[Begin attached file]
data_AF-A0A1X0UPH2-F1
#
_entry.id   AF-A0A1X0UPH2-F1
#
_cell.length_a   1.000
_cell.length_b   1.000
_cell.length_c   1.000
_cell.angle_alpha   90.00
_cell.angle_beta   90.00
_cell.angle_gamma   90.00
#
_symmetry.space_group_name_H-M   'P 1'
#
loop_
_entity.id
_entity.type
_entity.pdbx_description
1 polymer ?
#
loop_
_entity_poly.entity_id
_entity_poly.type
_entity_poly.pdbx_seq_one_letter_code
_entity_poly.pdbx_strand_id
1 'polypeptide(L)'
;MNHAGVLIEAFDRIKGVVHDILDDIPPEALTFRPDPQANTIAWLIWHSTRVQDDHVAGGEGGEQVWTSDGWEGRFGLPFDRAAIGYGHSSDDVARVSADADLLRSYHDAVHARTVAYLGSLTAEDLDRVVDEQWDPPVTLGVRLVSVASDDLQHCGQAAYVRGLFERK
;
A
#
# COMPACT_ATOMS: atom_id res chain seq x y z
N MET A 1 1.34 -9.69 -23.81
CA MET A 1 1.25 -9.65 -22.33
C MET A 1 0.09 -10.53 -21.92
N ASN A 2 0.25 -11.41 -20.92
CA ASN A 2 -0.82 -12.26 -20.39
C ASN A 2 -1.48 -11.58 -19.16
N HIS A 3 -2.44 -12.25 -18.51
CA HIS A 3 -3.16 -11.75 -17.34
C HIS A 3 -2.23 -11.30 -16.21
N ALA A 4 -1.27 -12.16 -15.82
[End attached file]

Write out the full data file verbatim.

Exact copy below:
data_AF-A0A1X0UPH2-F1
#
_entry.id   AF-A0A1X0UPH2-F1
#
_cell.length_a   1.000
_cell.length_b   1.000
_cell.length_c   1.000
_cell.angle_alpha   90.00
_cell.angle_beta   90.00
_cell.angle_gamma   90.00
#
_symmetry.space_group_name_H-M   'P 1'
#
loop_
_entity.id
_entity.type
_entity.pdbx_description
1 polymer ?
#
loop_
_entity_poly.entity_id
_entity_poly.type
_entity_poly.pdbx_seq_one_letter_code
_entity_poly.pdbx_strand_id
1 'polypeptide(L)'
;MNHAGVLIEAFDRIKGVVHDILDDIPPEALTFRPDPQANTIAWLIWHSTRVQDDHVAGGEGGEQVWTSDGWEGRFGLPFDRAAIGYGHSSDDVARVSADADLLRSYHDAVHARTVAYLGSLTAEDLDRVVDEQWDPPVTLGVRLVSVASDDLQHCGQAAYVRGLFERK
;
A
#
# COMPACT_ATOMS: atom_id res chain seq x y z
N MET A 1 1.34 -9.69 -23.81
CA MET A 1 1.25 -9.65 -22.33
C MET A 1 0.09 -10.53 -21.92
N ASN A 2 0.25 -11.41 -20.92
CA ASN A 2 -0.82 -12.26 -20.39
C ASN A 2 -1.48 -11.58 -19.16
N HIS A 3 -2.44 -12.25 -18.51
CA HIS A 3 -3.16 -11.75 -17.34
C HIS A 3 -2.23 -11.30 -16.21
N ALA A 4 -1.27 -12.16 -15.82